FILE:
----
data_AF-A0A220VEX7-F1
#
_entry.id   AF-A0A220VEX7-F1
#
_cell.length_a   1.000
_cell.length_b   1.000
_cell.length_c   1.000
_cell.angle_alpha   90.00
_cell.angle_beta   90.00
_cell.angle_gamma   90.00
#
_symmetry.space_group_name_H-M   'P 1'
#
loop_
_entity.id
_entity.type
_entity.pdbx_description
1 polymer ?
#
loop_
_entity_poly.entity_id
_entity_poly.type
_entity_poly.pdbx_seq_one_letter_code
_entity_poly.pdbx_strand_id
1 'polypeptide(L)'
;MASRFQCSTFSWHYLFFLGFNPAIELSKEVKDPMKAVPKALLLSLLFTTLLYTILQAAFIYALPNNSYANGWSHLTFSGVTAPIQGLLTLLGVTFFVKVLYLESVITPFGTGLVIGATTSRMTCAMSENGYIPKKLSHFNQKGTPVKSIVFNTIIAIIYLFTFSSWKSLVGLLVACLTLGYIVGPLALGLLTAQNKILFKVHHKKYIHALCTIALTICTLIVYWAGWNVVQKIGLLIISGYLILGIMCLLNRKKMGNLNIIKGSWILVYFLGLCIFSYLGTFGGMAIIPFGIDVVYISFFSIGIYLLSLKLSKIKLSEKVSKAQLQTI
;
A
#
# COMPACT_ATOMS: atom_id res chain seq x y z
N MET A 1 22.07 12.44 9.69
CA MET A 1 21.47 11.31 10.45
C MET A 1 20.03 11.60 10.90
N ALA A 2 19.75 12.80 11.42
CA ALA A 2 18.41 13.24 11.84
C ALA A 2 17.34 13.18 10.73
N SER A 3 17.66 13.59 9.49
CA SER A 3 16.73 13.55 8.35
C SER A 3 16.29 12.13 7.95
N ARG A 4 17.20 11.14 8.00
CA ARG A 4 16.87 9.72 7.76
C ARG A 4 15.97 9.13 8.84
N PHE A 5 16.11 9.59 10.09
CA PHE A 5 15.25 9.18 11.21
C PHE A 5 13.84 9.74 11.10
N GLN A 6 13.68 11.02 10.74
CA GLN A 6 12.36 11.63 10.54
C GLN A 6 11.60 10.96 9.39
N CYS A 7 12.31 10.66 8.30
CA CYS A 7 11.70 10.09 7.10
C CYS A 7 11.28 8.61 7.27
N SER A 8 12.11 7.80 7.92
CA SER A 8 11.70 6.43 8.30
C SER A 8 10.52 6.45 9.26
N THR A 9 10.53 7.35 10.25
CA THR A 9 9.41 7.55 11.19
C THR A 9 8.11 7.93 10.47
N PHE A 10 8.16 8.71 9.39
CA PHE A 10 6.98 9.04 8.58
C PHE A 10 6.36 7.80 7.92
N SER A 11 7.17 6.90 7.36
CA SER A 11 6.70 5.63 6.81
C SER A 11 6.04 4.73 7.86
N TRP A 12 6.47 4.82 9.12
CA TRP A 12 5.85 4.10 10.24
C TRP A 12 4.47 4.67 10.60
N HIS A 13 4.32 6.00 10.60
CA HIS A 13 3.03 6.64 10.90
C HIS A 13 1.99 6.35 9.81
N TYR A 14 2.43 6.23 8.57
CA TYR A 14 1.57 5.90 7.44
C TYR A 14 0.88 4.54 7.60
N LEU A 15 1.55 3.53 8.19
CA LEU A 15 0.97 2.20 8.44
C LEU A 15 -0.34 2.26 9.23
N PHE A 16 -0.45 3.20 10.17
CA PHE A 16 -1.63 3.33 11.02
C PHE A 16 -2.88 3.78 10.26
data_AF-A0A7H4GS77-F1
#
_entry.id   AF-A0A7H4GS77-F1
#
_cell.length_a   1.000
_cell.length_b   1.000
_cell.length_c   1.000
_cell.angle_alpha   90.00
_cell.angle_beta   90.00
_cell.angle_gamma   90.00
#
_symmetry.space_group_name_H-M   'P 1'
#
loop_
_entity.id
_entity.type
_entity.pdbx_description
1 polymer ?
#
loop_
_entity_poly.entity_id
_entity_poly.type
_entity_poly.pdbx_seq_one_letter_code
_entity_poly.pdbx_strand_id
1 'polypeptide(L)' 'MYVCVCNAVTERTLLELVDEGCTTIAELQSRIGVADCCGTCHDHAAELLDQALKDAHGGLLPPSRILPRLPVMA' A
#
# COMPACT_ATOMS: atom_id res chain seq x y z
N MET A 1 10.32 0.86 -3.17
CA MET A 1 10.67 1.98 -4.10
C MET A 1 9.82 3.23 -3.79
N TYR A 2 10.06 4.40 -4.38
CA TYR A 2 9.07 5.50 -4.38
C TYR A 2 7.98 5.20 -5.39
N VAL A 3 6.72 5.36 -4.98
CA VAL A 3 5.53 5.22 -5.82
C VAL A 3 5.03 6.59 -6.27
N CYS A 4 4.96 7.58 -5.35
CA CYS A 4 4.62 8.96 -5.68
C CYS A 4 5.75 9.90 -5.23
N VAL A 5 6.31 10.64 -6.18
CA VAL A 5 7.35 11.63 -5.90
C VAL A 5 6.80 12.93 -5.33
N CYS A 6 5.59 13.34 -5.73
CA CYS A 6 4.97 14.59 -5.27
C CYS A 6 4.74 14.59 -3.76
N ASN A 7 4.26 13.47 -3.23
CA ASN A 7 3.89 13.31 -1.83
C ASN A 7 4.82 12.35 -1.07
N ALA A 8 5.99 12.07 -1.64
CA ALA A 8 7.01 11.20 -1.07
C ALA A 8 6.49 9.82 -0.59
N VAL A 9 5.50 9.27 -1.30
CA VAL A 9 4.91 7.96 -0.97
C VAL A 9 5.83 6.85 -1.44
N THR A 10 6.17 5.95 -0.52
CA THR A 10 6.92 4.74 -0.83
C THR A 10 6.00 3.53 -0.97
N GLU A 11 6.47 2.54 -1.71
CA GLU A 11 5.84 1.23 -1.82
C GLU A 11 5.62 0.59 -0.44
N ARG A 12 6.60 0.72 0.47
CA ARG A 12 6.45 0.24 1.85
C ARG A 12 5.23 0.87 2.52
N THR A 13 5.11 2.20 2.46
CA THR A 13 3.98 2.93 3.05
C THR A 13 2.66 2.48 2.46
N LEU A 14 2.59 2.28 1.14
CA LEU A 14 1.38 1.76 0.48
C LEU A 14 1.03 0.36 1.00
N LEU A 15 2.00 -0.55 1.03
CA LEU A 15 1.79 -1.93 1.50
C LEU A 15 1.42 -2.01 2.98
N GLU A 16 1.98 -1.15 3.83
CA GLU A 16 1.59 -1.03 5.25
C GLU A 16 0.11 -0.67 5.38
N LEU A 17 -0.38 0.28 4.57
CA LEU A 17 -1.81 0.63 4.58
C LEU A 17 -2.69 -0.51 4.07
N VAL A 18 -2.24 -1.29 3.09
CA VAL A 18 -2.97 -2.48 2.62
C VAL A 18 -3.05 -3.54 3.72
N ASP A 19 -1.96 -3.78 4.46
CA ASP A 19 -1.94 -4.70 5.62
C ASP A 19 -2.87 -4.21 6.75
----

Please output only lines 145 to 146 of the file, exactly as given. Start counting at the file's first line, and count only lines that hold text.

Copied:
N LEU A 14 2.59 2.28 1.14
CA LEU A 14 1.38 1.76 0.48